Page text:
Aluminum 6061 vs. 7075: Which One Should I Choose? From automotive and aerospace parts to sports and electrical equipment, aluminum alloys are among the top materials used at Roberson Machine Company. Their excellent strength-to-weight ratio, high relative strength, corrosion resistance, and machinability make them an attractive choice to many of our clients and customers, regardless of the industry.
Among the most popular aluminum alloys for manufacturing are 6061 aluminum and 7075 aluminum. While similar in some areas, there are some notable differences between the two. We plan to help answer the “Aluminum 6061 vs. 7075: Which One Should I Choose?” question below, but, if you have any questions at any time, feel free to call us at 573-646-3996 or contact us online.
Aluminum 6061 vs. 7075 Which One Should I Choose?: Applications
It is worth considering the situations in which engineers commonly use each alloy to get a better idea of which one might be a better fit for a particular project. Some typical applications for each of the alloys are:
Aircraft wings and fuselages
Gears and shafts
Aluminum 6061 vs. 7075 Which One Should I Choose?: Mechanical Properties
Both aluminum alloys are good options for non-intensive, general purposes. But each of them excels in particular uses, and it often comes down to the intended use and budget. We hope comparing the mechanical properties of each helps make your decision easier:
In terms of yield strength, most notably the ability to withstand more pressure and more impact without deformation, 7075’s is higher.
Aluminum alloys are generally good conductors of heat. Although their thermal conductivities vary, due to different chemical compositions and heat treatment, 6061’s is slightly higher than 7075, making it an excellent choice in heat exchangers whose primary requirement is heat dissipation.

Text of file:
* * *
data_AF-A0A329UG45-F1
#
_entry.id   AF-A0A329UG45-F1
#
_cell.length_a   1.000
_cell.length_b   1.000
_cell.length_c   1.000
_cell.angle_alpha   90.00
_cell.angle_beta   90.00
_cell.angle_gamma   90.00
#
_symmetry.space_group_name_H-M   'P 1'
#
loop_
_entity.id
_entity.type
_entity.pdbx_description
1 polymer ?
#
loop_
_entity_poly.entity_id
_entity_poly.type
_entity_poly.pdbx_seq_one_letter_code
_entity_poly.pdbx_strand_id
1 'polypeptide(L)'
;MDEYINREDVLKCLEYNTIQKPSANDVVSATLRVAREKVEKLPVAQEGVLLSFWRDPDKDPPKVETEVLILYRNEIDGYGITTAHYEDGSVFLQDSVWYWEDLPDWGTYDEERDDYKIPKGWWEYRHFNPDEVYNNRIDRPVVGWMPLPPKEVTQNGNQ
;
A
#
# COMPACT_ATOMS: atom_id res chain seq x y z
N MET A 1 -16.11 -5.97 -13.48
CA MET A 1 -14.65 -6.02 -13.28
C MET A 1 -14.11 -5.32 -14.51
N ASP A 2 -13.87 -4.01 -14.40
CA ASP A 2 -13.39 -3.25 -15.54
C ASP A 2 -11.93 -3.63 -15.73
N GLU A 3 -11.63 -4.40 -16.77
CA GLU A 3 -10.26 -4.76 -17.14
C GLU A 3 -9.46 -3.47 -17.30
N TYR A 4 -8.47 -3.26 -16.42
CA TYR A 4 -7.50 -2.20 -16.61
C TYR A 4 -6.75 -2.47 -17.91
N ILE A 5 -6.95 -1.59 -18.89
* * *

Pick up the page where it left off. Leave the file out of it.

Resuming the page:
Both 6061 and 7075 have low electrical resistivity, but 6061 is slightly lower and thus a better conductor of electricity.
We analyze the temperature resistance of each alloy by comparing their melting points. 6061 melts between 1079.6° and 1205.6° Fahrenheit, while 7075 has a melting point ranging between 890.6° and 1175°. Of note though, 7075 has an excellent reaction to heat treatment and allows for a much better distribution of elements in the metal than 6061.
The hardness of materials establishes their ability to resist deformation by indentation, penetration, or other means. Both alloys are hard enough to resist pressure and not crack or deform, however 7075 is harder than 6061.
With a much higher amount of copper, which reacts more with the environment, primarily moisture and atmospheric gases, 7075 is more likely to succumb to corrosion than 6061.
Aluminum 6061 vs. 7075 Which One Should I Choose?: Fabrication Considerations
When dealing with fabrication, 6061 has the edge over 7075. This is mostly due to the lower hardness and tensile strength of the 6061. Its lower hardness allows for easy machining, while the lower tensile strength ensures better formability. You can join both materials by soldering, brazing, or via the use of adhesives. However, 6061 is weldable, while 7075 is not.
Aluminum 6061 vs. 7075 Which One Should I Choose?: Definitive Factors
As with most choices, your final selection will depend on certain factors, the main ones likely being cost, manufacturing conditions, and intended application. Roberson Machine Company is here to help make your choice easier. Give us a call at 573-646-3996 or contact us today.
Being a versatile alloy, 6061 is suitable for several structural components. It is useful when:
- A lot of machining is required
- There is a need for a lot of welding on the part
- Corrosion is a concern
- Cost is a primary factor
On the other hand, 7075 is more useful when:
- High strength to weight ratio is crucial
- There will be high exposure of the plant to heat
- Lots of friction is involved
- Cost is less of a concern
Aluminum 6061 vs. 7075 Which One Should I Choose? | Roberson Machine Company
We cannot overstate the importance of material choice in product development. Choosing between titanium and aluminum for your next project is pretty straightforward, but breaking it down among alloys of the same material may be a little tricky. We get it. But we’re here for you. Our specialists are aluminum alloy experts. They can answer the “Aluminum 6061 vs. 7075: Which One Should I Choose?” question right away.